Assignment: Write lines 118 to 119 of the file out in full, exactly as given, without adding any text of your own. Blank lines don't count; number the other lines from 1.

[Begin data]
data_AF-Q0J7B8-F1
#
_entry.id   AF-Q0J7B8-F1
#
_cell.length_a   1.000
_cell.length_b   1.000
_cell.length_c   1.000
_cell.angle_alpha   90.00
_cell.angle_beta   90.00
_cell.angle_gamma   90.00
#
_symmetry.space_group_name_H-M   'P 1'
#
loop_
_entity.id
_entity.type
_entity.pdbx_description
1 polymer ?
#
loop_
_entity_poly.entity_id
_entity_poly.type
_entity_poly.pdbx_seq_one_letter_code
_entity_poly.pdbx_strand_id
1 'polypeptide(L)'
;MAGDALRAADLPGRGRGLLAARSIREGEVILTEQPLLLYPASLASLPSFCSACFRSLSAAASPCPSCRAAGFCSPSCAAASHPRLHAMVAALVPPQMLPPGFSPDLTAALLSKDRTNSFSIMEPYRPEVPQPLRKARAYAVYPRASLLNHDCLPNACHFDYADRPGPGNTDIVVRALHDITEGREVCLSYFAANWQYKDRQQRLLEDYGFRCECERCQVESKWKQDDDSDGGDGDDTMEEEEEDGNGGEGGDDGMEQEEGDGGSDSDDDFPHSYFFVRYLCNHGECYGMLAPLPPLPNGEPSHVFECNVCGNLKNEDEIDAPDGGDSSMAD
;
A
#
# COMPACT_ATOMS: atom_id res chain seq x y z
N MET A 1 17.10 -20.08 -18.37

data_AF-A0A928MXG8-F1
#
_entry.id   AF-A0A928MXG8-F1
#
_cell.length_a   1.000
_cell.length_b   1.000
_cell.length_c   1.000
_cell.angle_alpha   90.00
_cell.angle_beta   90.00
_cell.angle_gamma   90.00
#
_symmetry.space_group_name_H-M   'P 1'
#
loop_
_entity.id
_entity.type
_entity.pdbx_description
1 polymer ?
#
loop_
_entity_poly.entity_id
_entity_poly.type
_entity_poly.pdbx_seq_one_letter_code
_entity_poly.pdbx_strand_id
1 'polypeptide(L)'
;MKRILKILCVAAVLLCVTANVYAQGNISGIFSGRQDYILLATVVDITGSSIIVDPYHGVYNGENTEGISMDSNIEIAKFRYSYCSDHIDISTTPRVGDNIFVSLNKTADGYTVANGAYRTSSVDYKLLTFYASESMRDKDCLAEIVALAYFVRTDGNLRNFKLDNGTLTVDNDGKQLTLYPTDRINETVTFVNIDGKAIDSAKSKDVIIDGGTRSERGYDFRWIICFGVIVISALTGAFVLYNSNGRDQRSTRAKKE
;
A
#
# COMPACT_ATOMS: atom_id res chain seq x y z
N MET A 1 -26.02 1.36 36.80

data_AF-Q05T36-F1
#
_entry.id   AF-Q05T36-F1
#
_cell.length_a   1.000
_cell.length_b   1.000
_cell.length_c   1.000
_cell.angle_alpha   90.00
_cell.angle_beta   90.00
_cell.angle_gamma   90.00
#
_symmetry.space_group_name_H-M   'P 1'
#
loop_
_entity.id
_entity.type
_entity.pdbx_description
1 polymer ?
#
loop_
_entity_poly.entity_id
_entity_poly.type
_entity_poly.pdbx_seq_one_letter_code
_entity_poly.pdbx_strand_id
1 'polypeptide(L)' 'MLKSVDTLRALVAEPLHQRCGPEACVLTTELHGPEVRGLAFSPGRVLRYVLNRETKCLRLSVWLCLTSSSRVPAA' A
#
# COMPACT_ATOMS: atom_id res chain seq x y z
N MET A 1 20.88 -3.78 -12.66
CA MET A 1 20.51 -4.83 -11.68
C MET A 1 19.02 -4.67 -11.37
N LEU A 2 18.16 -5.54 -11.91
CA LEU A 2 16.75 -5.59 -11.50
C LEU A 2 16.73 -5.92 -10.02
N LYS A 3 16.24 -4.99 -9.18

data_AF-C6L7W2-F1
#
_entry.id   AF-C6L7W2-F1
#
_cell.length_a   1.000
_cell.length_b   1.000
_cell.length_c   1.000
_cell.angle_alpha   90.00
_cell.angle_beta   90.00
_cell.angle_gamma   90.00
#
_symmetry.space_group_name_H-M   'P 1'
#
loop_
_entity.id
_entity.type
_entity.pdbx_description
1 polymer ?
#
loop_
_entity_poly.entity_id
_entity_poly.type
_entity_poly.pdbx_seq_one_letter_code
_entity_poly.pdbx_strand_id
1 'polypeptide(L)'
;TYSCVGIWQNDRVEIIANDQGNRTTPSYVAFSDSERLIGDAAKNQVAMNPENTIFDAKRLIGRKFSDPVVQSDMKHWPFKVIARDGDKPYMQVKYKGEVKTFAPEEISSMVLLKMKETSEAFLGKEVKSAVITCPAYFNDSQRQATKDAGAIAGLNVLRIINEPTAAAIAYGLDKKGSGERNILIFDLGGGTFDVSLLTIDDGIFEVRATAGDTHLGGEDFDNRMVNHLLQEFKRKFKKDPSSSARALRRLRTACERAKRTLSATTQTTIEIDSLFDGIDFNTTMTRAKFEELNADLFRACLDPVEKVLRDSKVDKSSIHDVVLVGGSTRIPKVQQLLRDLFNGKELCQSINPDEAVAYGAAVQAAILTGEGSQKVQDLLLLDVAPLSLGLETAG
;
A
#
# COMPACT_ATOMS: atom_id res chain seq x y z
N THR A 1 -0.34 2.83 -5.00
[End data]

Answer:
_entity_poly.type
_entity_poly.pdbx_seq_one_letter_code